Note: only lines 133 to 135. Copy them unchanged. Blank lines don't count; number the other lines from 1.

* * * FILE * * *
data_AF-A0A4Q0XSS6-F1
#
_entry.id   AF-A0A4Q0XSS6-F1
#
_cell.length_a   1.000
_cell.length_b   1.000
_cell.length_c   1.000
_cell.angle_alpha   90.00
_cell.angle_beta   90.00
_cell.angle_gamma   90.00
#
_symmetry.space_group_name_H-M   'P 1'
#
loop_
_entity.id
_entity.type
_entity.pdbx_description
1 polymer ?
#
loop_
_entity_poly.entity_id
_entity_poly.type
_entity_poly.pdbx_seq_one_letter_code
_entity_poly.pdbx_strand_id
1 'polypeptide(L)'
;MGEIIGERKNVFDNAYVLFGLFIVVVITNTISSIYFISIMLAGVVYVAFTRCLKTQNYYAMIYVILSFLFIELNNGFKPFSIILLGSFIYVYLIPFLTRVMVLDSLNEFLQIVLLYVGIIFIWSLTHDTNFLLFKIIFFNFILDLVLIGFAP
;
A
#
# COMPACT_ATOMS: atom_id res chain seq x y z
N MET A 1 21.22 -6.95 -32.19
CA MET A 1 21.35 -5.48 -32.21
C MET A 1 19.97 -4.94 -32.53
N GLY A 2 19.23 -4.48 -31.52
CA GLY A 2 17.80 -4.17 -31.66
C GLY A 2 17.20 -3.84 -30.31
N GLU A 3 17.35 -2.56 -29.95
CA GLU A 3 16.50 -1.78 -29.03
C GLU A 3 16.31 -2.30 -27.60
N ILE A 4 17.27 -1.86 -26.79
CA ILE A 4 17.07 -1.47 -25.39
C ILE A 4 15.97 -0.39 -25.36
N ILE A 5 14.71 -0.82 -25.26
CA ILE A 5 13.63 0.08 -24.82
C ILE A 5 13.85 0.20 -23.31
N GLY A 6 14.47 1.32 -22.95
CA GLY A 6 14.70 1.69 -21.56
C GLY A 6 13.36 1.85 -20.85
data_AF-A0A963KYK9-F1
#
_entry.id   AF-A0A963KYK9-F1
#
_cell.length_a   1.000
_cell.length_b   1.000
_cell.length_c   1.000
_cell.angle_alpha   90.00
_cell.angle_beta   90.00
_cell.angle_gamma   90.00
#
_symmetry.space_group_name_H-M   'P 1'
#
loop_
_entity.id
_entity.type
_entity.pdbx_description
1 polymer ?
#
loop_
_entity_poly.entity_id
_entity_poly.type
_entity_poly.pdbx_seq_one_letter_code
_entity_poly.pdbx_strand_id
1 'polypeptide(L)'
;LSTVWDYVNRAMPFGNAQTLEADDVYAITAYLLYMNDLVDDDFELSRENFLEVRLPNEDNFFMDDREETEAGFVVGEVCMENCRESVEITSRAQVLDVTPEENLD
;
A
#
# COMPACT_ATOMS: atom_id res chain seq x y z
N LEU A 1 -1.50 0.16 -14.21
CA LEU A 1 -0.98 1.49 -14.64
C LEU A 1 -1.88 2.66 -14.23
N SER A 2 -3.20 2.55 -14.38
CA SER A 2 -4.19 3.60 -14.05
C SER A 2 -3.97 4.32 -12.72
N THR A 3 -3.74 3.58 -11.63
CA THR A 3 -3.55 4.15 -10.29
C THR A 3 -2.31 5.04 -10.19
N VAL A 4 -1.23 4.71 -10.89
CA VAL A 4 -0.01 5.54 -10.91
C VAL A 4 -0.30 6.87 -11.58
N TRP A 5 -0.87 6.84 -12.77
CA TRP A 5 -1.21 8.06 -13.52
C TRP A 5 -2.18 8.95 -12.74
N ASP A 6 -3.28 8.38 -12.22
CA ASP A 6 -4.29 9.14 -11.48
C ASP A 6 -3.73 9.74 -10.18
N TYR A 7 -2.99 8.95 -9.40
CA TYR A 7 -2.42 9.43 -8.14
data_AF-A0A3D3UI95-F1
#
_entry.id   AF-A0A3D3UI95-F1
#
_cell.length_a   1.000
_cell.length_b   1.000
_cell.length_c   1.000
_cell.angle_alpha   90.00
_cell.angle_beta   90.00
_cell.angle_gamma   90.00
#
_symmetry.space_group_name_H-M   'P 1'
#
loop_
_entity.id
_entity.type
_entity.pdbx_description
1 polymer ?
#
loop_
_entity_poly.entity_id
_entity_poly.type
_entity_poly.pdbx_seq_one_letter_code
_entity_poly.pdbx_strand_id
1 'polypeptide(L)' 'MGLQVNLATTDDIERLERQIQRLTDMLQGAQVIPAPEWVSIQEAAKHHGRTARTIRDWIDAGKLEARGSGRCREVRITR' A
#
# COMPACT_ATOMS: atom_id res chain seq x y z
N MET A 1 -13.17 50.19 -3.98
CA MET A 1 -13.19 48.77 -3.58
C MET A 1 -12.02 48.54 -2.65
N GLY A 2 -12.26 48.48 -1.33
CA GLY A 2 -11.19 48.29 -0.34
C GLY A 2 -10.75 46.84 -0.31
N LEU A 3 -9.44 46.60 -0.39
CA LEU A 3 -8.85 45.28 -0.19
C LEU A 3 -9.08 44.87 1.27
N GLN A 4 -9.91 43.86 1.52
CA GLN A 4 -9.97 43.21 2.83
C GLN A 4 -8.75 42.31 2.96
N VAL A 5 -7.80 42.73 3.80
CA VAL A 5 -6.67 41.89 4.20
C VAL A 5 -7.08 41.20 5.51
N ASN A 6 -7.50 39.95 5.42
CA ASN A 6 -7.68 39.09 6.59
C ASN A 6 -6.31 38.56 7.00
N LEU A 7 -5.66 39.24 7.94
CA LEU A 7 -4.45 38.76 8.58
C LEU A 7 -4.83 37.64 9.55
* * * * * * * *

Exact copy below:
CA LEU A 3 -8.85 45.28 -0.19
C LEU A 3 -9.08 44.87 1.27
N GLN A 4 -9.91 43.86 1.52